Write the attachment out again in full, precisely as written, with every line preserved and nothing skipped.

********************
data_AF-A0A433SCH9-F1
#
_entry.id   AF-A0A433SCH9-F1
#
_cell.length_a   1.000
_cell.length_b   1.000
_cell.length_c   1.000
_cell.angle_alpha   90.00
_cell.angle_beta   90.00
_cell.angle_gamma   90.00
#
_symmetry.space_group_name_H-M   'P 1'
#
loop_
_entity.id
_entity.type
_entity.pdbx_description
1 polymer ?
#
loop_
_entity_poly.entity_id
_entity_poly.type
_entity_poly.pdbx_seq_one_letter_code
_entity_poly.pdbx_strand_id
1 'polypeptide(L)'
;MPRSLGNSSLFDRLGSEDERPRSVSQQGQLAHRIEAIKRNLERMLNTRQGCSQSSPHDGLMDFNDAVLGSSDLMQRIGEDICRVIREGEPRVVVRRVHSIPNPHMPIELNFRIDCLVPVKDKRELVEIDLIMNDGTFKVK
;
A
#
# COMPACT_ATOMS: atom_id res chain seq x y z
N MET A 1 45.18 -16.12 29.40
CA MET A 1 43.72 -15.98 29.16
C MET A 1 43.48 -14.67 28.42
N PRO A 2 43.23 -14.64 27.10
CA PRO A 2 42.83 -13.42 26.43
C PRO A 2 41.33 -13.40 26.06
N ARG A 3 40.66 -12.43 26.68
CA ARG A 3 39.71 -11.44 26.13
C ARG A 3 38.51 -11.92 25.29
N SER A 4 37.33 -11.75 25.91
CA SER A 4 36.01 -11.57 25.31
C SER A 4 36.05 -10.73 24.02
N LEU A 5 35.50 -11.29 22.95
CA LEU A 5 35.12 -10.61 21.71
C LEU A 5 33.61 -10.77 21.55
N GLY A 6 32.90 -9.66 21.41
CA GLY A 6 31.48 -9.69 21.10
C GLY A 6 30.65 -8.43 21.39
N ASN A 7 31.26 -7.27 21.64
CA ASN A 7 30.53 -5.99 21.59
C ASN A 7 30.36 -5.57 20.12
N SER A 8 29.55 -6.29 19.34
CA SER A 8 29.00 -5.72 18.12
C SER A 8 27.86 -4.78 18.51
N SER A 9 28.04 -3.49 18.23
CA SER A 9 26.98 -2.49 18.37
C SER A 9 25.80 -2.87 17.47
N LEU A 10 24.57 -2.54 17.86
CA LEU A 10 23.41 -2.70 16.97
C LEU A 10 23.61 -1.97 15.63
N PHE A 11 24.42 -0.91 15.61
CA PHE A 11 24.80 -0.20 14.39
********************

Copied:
data_AF-A0A433SCH9-F1
#
_entry.id   AF-A0A433SCH9-F1
#
_cell.length_a   1.000
_cell.length_b   1.000
_cell.length_c   1.000
_cell.angle_alpha   90.00
_cell.angle_beta   90.00
_cell.angle_gamma   90.00
#
_symmetry.space_group_name_H-M   'P 1'
#
loop_
_entity.id
_entity.type
_entity.pdbx_description
1 polymer ?
#
loop_
_entity_poly.entity_id
_entity_poly.type
_entity_poly.pdbx_seq_one_letter_code
_entity_poly.pdbx_strand_id
1 'polypeptide(L)'
;MPRSLGNSSLFDRLGSEDERPRSVSQQGQLAHRIEAIKRNLERMLNTRQGCSQSSPHDGLMDFNDAVLGSSDLMQRIGEDICRVIREGEPRVVVRRVHSIPNPHMPIELNFRIDCLVPVKDKRELVEIDLIMNDGTFKVK
;
A
#
# COMPACT_ATOMS: atom_id res chain seq x y z
N MET A 1 45.18 -16.12 29.40
CA MET A 1 43.72 -15.98 29.16
C MET A 1 43.48 -14.67 28.42
N PRO A 2 43.23 -14.64 27.10
CA PRO A 2 42.83 -13.42 26.43
C PRO A 2 41.33 -13.40 26.06
N ARG A 3 40.66 -12.43 26.68
CA ARG A 3 39.71 -11.44 26.13
C ARG A 3 38.51 -11.92 25.29
N SER A 4 37.33 -11.75 25.91
CA SER A 4 36.01 -11.57 25.31
C SER A 4 36.05 -10.73 24.02
N LEU A 5 35.50 -11.29 22.95
CA LEU A 5 35.12 -10.61 21.71
C LEU A 5 33.61 -10.77 21.55
N GLY A 6 32.90 -9.66 21.41
CA GLY A 6 31.48 -9.69 21.10
C GLY A 6 30.65 -8.43 21.39
N ASN A 7 31.26 -7.27 21.64
CA ASN A 7 30.53 -5.99 21.59
C ASN A 7 30.36 -5.57 20.12
N SER A 8 29.55 -6.29 19.34
CA SER A 8 29.00 -5.72 18.12
C SER A 8 27.86 -4.78 18.51
N SER A 9 28.04 -3.49 18.23
CA SER A 9 26.98 -2.49 18.37
C SER A 9 25.80 -2.87 17.47
N LEU A 10 24.57 -2.54 17.86
CA LEU A 10 23.41 -2.70 16.97
C LEU A 10 23.61 -1.97 15.63
N PHE A 11 24.42 -0.91 15.61
CA PHE A 11 24.80 -0.20 14.39